​A profession charged with caring for the frailest members of society is a setting fraught with risk.  Falls, skin breakdowns, elopements, and medication mismanagement are daily risks when caring for the aging. Claims from these exposures are inevitable. Furthermore, slips, trips and falls, and back injuries are common exposures for employees.
In the health care field, concerns about potential liability have stymied acknowledgement of medical errors or even an expression of sympathy. Fortunately, costly medical expenses and litigation following these unexpected events can be mitigated with one of the best risk management tools a provider can use: an expression of compassion and a genuine commitment to remedy the problems.  

Encourage Compassion

Such an expression of compassion is statutorily protected and not an admission of liability, thanks to the so-called “I’m Sorry” laws, which have been adopted in 36 states.
“I’m Sorry” laws began as a movement in the medical industry after providers realized that being honest with patients and apologizing for mistakes when warranted is not only the right thing to do, but also financially sound. 
“An apology helps change the tone of discussion. It changes the discussion from, ‘I want to punish you; I want to get as much money from you as I can,’ to a conversation about what the patient and family need,” says Doug Wojcieszak, founder of the Sorry Works! Coalition, an organization that promotes disclosure, apology, and upfront compensation when warranted. 
“If there is fault,” Wojcieszak adds, “money will still exchange hands, but it’s not a lottery ticket.”
Today, apology laws help to protect expressions of sympathy, regret, and condolence from being used as an admission of guilt in subsequent litigation. However, experts have made two points clear:
  • There is a big difference between an apology and disclosure.
  • Be sure to check with the state medical association and legal counsel about how best to comply with each state’s apology laws.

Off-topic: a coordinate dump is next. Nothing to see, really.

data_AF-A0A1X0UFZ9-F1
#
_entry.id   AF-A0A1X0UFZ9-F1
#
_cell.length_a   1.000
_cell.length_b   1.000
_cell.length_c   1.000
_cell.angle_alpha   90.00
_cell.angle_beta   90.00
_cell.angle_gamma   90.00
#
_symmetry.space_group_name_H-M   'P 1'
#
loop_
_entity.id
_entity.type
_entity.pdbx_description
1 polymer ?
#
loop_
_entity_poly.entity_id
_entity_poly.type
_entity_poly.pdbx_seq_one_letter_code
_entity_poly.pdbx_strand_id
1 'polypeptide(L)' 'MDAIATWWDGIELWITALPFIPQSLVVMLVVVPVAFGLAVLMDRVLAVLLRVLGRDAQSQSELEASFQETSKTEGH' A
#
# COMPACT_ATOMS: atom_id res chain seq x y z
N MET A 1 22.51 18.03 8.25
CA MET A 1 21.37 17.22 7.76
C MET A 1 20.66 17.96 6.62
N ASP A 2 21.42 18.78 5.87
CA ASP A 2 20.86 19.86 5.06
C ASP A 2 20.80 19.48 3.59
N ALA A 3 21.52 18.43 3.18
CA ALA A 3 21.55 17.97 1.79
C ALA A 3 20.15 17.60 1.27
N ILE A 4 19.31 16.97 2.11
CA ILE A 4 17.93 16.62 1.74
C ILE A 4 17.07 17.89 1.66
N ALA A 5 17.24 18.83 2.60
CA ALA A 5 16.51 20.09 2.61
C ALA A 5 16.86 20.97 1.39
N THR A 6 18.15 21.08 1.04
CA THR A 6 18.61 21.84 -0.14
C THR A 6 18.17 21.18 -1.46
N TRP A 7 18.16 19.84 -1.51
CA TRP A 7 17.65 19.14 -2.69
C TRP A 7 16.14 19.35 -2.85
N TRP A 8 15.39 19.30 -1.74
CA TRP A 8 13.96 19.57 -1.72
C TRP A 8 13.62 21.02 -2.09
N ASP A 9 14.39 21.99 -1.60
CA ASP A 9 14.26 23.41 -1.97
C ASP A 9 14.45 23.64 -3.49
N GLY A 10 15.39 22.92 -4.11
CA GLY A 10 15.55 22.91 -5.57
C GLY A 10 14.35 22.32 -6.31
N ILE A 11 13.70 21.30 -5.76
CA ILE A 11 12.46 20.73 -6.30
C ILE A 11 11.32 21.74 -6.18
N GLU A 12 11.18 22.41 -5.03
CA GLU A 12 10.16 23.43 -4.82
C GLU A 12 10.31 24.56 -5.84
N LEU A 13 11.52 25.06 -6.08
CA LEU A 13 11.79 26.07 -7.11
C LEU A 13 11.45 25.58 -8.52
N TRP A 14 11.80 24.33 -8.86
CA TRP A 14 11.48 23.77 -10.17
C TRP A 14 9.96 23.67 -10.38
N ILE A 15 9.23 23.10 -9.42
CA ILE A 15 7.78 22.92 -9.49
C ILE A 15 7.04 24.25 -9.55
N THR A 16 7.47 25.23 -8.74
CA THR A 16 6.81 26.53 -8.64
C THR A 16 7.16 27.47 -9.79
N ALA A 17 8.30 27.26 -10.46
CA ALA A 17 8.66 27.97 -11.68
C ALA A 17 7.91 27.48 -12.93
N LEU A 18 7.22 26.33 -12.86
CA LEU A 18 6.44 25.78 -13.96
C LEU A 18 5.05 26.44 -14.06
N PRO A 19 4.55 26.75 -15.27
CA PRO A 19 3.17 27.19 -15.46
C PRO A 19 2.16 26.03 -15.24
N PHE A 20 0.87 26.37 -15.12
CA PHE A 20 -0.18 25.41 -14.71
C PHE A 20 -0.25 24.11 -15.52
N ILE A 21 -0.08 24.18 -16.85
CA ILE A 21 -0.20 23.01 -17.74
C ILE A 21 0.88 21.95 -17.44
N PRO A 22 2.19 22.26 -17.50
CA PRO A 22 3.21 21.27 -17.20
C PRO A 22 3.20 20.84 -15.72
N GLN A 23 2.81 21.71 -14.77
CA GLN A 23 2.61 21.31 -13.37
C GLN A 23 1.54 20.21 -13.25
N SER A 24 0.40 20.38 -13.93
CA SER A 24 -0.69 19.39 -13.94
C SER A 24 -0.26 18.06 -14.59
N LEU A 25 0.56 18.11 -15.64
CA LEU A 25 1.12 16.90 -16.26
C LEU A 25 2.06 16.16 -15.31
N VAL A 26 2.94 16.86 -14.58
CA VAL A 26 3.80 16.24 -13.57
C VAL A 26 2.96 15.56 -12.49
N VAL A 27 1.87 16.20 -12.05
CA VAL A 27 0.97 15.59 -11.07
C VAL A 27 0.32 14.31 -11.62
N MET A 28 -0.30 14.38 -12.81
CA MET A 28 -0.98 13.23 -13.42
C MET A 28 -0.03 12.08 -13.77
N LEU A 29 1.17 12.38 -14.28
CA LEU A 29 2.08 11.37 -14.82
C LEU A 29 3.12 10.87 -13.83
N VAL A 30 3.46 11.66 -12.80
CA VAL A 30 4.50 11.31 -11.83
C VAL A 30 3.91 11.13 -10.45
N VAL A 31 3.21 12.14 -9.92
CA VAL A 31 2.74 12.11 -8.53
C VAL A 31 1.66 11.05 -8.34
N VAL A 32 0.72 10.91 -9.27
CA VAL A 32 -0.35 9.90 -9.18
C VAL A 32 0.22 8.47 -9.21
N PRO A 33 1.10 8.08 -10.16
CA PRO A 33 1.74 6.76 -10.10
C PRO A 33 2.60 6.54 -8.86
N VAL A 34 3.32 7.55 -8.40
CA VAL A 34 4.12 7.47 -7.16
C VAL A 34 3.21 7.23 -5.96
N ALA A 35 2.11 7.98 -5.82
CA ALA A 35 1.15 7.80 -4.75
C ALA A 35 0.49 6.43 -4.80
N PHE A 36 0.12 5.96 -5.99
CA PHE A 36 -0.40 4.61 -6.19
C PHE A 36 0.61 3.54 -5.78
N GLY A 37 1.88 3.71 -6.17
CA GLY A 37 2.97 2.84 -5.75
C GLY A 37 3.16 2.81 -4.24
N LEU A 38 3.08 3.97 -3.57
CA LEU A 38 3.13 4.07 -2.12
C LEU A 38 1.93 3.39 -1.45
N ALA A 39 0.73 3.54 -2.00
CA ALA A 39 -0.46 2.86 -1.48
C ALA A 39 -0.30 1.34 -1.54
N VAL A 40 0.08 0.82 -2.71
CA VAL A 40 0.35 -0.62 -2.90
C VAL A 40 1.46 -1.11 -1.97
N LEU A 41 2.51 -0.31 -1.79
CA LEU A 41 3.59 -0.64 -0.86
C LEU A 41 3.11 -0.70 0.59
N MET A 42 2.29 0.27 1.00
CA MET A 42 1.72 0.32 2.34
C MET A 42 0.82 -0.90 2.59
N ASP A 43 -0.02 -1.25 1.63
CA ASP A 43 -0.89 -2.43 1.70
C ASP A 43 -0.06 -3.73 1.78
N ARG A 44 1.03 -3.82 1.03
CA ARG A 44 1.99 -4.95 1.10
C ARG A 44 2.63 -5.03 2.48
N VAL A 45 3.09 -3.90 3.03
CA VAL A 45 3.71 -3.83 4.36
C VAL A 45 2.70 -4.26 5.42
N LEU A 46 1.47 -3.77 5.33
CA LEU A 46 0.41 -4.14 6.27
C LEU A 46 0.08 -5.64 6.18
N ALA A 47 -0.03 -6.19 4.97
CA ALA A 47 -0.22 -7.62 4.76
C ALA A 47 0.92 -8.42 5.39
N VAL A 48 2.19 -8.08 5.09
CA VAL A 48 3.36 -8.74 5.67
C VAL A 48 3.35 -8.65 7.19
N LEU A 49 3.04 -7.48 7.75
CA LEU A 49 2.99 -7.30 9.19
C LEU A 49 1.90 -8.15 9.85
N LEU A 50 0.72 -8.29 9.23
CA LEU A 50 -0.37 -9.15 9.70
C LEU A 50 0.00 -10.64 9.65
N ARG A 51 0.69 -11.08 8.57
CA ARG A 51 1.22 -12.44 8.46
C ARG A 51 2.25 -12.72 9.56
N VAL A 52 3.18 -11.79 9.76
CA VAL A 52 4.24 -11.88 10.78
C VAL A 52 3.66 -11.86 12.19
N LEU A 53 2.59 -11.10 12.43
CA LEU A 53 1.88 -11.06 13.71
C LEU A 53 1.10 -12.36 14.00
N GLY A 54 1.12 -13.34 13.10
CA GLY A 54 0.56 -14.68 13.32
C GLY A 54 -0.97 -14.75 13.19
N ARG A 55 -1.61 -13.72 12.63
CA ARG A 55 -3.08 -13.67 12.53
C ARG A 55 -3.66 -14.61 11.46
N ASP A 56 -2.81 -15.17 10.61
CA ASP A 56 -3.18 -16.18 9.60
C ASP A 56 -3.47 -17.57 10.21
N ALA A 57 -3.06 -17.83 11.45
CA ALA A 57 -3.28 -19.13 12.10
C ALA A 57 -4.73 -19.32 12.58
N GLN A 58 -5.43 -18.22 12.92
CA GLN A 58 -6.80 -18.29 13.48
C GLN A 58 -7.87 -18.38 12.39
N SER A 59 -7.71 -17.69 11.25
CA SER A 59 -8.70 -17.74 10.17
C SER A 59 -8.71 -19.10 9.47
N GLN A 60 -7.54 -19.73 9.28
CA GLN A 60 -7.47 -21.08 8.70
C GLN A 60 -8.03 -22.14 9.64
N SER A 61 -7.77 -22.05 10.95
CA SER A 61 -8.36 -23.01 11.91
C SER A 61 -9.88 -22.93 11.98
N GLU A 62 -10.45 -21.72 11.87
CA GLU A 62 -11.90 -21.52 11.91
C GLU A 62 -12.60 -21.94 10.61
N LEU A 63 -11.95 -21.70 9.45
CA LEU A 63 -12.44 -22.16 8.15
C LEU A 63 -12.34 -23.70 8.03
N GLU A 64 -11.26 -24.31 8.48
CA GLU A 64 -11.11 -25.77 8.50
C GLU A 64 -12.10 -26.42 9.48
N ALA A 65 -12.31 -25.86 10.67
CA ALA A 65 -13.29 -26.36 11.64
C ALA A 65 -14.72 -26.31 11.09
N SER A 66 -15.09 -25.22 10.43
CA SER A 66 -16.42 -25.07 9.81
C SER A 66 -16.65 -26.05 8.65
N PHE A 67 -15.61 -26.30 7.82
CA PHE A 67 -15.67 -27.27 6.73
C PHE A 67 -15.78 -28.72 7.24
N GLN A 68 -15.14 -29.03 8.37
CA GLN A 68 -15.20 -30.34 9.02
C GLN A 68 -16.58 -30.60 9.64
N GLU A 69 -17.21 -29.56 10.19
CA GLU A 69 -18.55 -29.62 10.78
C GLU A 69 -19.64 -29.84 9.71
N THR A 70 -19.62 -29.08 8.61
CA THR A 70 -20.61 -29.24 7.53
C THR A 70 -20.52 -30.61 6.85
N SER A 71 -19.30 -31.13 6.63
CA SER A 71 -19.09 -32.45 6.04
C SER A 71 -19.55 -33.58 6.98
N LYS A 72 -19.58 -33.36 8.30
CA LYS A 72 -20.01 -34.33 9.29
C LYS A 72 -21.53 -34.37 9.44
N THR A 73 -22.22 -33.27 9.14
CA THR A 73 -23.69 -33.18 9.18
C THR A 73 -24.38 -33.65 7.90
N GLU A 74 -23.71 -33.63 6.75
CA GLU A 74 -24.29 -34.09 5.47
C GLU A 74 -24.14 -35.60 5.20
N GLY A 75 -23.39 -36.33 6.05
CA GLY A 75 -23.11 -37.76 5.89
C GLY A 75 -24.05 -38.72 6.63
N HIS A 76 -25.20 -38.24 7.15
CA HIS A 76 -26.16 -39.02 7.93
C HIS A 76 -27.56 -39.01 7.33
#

California is one of 36 states that has a version of the apology law, which holds that apologies are inadmissible as evidence in court. However, “I’m sorry for what happened” is not the same as “I made a mistake,” and an admission of responsibility is admissible.

Staff Training Important

According to Wojcieszak, the current focus on politics and legislating apology laws should shift to adopting disclosure programs and staff training. Successful programs teach good event management, proactive post-event empathy and customer service, and no admission of error until it has been established after a thorough investigation.
“I have had many claims and risk mangers as well as actuaries personally tell me that the number of claims against their hospitals and insurers are dramatically improving because of disclosure,” says Wojcieszak.
Studies have shown that verbal compassion defuses anger, staves off lawsuits, and garners positive publicity. Furthermore, when a provider shows empathy and honesty, media reports tend to focus on the provider’s good will rather than the problem. 
Providers that authentically embody a caring heart and attitude, and who have established apology policies, can significantly reduce reported claims and reduce litigation costs.
A 2006 study at the University of Michigan Health System reported that after introducing an apology and disclosure program in 2001, litigation costs decreased by as much as 50 percent and new litigation claims decreased by more than 40 percent in the five years that study results were collected (Boothman, RC, Blackwell AC, Campbell, DA, et al.). 

Studies Back It Up

According to a more recent study of the 36 states with apology laws, cases involving the most severe injuries settled about 20 percent faster in states with apology laws, and average claim payments declined by $55,000 to $73,000 per case (Ho, B., Liu, E.).
These studies have also shown that payments in medical malpractice litigation are often higher if an error has not been disclosed and an apology given. A 2005 survey found that 99 percent of parents wanted physicians to tell them about an error involving their children, no matter the severity.
Although 36 percent indicated they were less likely to seek legal action if they were informed of the error by the physician, it is noteworthy that 63 percent of the parents stated that disclosure by the physician that a serious error had been committed would not change the likelihood of their decision to take legal action. 

A Provider’s Positive Experience

Consider the experience of American Baptist Homes of the West: The organization’s corporate compliance plan is embraced by the entire organization and, with constant vigilance, has become a part of the group’s culture.
Read the rest of the story in an upcoming issue of Provider.
David A. Jones, vice president at Lockton Companies, the world’s largest, privately owned, independent insurance broker, has served as a risk and finance manager for various Fortune 500 companies. Jones holds an MBA and the following designations: Associate in Risk Management (ARM) and Chartered Property Casualty Underwriter (CPCU). He can be reached at: (805) 660-1182 or djones@lockton.com.